Office Obsession: Artisan brittle from Morning Glory Confections
For the last few days I've had five, 2-ounce boxes of artisan brittle from Morning Glory Confections on my desk. Since they've been there, I've been constantly distracted. Like clockwork, after lunch, my coworkers approach me, make small talk and then blurt out, "Can I have some brittle?"
We've plowed through all the flavors: New Mexico chili pumpkin seed; cocoa nib coffee bean and pecan; Indian curry pistachio; chai tea and cashew; and fleur de sel and peanut. Our favorite right now is the chai tea flavor, which tastes like creamy chai with a touch of spice. The curry bursts with notes of electric cinnamon, while the cocoa nib is rich, dark and strong, like a cup of fresh espresso. The New Mexico chili is the most elusive, popping with flavors at once conflicted but oddly tasty. By comparison the fleur de sel is tame and dainty, its peanuts hinting more toward a traditional brittle than any of the others.
Made by hand by Max Lesser, 34, a Los Angeles-based chef, Morning Glory's brittle is based in savory, as you might have surmised, rather than sweet. (As someone who ate a bag of Chamoy before bed last night, that's definitely an approach I can get behind.)
Lesser began experimenting with brittle a few years back while working as a private chef for a family in Brentwood. "I had a lot of time and permission to be creative," he explains. "I started making brittle with nontraditional flavor combinations. Fortunately it worked; people loved it."
In fact, he felt so strongly about the results that when he left his chef gig he went into business for himself, launching Morning Glory Confections in October, and its accompanying website in February. You can buy his brittle online or at one of 13 local stores that currently carry it, including Clementine, Auntie Em's, Colorado Wine Company, the Cheese Store of Silver Lake and Susina Bakery.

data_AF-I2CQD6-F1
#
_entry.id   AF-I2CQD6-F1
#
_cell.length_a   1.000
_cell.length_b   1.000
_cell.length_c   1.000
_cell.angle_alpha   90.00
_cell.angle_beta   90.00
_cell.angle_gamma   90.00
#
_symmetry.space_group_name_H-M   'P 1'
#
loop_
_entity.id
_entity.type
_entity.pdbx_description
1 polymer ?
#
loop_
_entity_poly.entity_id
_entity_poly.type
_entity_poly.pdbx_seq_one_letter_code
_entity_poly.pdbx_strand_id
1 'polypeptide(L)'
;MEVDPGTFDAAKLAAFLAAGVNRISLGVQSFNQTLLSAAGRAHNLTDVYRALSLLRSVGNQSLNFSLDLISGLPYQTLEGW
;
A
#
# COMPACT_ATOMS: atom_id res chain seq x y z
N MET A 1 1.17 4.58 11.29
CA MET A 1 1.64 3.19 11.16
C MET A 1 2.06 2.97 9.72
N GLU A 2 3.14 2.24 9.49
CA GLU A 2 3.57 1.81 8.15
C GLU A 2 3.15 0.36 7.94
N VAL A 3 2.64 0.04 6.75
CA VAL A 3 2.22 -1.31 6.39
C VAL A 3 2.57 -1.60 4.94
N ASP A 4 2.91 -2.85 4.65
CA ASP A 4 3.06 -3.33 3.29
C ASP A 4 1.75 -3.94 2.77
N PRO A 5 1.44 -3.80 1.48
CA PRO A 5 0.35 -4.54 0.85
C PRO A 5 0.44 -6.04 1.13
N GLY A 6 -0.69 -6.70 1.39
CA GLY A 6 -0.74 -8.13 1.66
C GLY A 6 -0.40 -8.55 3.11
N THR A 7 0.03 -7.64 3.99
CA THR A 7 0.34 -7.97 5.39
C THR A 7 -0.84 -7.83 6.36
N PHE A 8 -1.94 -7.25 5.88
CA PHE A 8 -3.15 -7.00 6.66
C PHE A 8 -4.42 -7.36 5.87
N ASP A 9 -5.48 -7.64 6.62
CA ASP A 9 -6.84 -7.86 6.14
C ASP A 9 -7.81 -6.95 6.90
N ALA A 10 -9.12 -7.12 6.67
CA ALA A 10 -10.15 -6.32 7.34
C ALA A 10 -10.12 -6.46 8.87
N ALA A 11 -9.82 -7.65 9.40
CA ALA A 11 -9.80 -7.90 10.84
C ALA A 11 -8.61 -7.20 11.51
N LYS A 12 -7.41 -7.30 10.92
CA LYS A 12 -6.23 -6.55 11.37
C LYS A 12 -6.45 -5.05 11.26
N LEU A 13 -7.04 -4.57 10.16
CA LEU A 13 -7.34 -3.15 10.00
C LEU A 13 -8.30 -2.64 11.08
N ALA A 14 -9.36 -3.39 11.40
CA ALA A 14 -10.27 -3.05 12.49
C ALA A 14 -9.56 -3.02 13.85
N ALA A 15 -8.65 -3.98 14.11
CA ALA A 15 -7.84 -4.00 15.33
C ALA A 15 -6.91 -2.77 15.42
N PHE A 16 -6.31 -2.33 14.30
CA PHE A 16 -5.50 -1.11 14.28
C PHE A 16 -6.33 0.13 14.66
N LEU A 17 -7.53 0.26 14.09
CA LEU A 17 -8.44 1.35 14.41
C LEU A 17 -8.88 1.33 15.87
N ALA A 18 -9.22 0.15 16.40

Lesser hopes to develop a few more special-edition recipes for the holidays and is currently working on special gift packaging that includes sampler boxes with hot pink ribbons and cards. (Those boxes should be ready in time for Mother's Day.) The current boxes, pictured, feature an attractive minimalist floral design by Liz Anderson at the Department of Graphic Sciences in Chinatown. Lesser attended school with her at the Arts Institute of Chicago (he studied painting).
Asked if he tried any flavors that didn't quite work out, Lesser mentioned an experiment with bacon, cashew and smoked Spanish paprika. He said people either flipped out for it or weren't too keen on it. He'd make it a regular option, but he needs to have its shelf life tested by a food scientist before he can market it, which can be a bit pricey.
"It would be nice to have that flavor now, since bacon is everywhere these days," he says before pausing to wonder if people might be on the verge of getting sick of bacon. "If that's possible," he adds. "I personally believe bacon makes everything better." Even artisan brittle.
-- Jessica Gelt
Photo: Max Lesser